Objective: Vasomotor symptoms
(VMS) are associated with decreased memory
performance and alterations in brain function. We conducted a preliminary examination of VMS and patterns of brain activity during a verbal memory
task to provide insights into the VMS-related brain mechanisms that can contribute to memory
problems in midlife women.
Fourteen postmenopausal women (mean age 53.5, 64% African-American) with moderate-to-severe VMS (>35/wk) and not taking hormone therapy completed functional magnetic resonance imaging (fMRI
) assessments during word encoding and recognition, 24-hour physiologic VMS monitoring, symptom questionnaires, and two verbal memory
In regression analyses, a higher number of physiologic VMS, but not reported VMS, was associated with worse verbal memory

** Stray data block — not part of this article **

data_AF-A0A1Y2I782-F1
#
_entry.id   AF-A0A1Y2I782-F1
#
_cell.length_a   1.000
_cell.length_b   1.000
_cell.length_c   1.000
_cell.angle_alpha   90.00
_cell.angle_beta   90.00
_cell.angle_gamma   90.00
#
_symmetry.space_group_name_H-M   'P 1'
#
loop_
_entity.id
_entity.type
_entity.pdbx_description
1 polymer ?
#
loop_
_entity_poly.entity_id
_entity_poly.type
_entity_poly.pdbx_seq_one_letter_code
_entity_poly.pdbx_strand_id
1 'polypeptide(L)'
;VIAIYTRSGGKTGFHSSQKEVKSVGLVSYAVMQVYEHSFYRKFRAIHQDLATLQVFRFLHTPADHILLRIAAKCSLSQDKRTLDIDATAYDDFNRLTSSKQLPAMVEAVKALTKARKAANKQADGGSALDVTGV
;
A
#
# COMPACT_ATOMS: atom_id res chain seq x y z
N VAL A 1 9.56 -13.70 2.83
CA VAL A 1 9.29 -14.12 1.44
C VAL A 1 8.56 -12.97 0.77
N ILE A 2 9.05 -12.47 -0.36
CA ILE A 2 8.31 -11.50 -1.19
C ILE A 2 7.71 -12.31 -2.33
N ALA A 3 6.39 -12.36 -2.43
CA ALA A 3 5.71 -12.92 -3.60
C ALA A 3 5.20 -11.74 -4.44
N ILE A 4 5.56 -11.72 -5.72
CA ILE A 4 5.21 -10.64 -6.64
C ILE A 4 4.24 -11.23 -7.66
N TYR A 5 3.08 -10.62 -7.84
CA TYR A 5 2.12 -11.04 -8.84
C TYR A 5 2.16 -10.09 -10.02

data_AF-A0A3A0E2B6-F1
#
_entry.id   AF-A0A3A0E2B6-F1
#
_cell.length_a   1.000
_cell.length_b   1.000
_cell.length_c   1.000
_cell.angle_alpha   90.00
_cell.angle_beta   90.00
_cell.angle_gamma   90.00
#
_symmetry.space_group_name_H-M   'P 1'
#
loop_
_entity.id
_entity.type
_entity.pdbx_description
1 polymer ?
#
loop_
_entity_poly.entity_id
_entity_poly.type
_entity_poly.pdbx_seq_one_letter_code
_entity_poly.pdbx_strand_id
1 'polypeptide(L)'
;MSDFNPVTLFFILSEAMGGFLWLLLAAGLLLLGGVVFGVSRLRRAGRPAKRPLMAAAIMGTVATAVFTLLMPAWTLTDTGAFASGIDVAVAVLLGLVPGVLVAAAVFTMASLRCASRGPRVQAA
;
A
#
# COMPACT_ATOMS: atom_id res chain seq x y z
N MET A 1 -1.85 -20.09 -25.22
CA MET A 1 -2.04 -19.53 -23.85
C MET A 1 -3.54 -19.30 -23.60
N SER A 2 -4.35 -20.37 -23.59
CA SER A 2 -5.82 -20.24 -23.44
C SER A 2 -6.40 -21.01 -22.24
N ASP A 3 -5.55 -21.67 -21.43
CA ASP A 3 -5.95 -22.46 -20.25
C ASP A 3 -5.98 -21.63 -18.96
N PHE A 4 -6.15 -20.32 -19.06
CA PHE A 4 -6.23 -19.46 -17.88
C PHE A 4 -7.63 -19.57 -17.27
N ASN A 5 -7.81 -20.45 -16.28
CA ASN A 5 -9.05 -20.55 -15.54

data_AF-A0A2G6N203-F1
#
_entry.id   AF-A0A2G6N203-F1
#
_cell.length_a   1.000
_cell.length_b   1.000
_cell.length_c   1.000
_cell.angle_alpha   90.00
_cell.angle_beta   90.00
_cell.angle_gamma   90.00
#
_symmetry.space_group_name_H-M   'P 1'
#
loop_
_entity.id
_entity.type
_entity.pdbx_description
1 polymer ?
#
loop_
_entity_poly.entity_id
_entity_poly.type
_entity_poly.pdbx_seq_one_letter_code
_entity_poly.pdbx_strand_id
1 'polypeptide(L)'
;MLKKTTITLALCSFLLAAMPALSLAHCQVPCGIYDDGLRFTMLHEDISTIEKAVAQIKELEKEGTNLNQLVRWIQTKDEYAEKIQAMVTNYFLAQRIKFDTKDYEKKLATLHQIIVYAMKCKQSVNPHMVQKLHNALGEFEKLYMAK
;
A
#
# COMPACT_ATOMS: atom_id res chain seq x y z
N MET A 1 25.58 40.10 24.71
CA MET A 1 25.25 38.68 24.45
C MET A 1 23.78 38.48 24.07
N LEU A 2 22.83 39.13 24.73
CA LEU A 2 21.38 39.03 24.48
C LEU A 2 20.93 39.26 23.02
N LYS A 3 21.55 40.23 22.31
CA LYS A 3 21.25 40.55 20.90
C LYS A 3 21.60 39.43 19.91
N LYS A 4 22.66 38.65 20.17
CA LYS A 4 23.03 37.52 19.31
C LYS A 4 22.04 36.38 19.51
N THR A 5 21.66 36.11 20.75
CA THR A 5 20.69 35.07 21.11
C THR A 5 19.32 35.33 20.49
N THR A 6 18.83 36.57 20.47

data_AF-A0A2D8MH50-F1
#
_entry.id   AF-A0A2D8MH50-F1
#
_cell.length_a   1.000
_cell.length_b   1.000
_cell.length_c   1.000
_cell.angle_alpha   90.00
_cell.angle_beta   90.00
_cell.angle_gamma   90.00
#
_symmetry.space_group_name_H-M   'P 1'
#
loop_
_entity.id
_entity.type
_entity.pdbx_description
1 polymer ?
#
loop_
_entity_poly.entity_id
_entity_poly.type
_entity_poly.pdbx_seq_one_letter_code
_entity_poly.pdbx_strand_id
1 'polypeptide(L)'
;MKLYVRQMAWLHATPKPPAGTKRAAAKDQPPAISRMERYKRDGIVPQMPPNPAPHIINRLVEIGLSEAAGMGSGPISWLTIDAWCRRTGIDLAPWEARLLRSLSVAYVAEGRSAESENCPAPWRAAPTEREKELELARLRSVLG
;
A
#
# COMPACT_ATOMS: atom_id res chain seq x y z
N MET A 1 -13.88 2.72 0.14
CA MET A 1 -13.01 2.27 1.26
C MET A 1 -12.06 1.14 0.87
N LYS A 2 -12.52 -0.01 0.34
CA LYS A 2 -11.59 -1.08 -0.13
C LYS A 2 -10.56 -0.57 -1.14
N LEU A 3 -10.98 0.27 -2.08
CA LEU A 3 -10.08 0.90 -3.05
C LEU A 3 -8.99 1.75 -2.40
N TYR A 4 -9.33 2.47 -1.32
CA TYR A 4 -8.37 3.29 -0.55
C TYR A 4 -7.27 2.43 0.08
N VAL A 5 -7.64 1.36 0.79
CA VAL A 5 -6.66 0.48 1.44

on immediate and delayed logical memory
= 0.53 and r
= 0.72, P
< 0.05). On fMRI
assessments, a higher number of physiologic VMS, but not subjective VMS, was associated with greater activation in the left orbitofrontal cortex, left medial and superior frontal gyrus, right superior frontal gyrus, and right parahippocampal gyrus during the encoding task (P
< 0.005). During the recognition task, physiologic VMS were associated with greater activation in the left medial and superior frontal gyrus, left parahippocampal gyrus and hippocampus
, right medial and superior frontal gyrus, right parahippocampal gyrus and hippocampus
< 0.005), and with decreased activation in the ventral medial prefrontal cortex
< 0.005). Those associations were independent of symptoms and hormone levels.
Preliminary data suggest that VMS may contribute to memory
performance through effects on the hippocampus
and prefrontal cortex
. Larger studies are warranted to determine the robustness of these initial observations.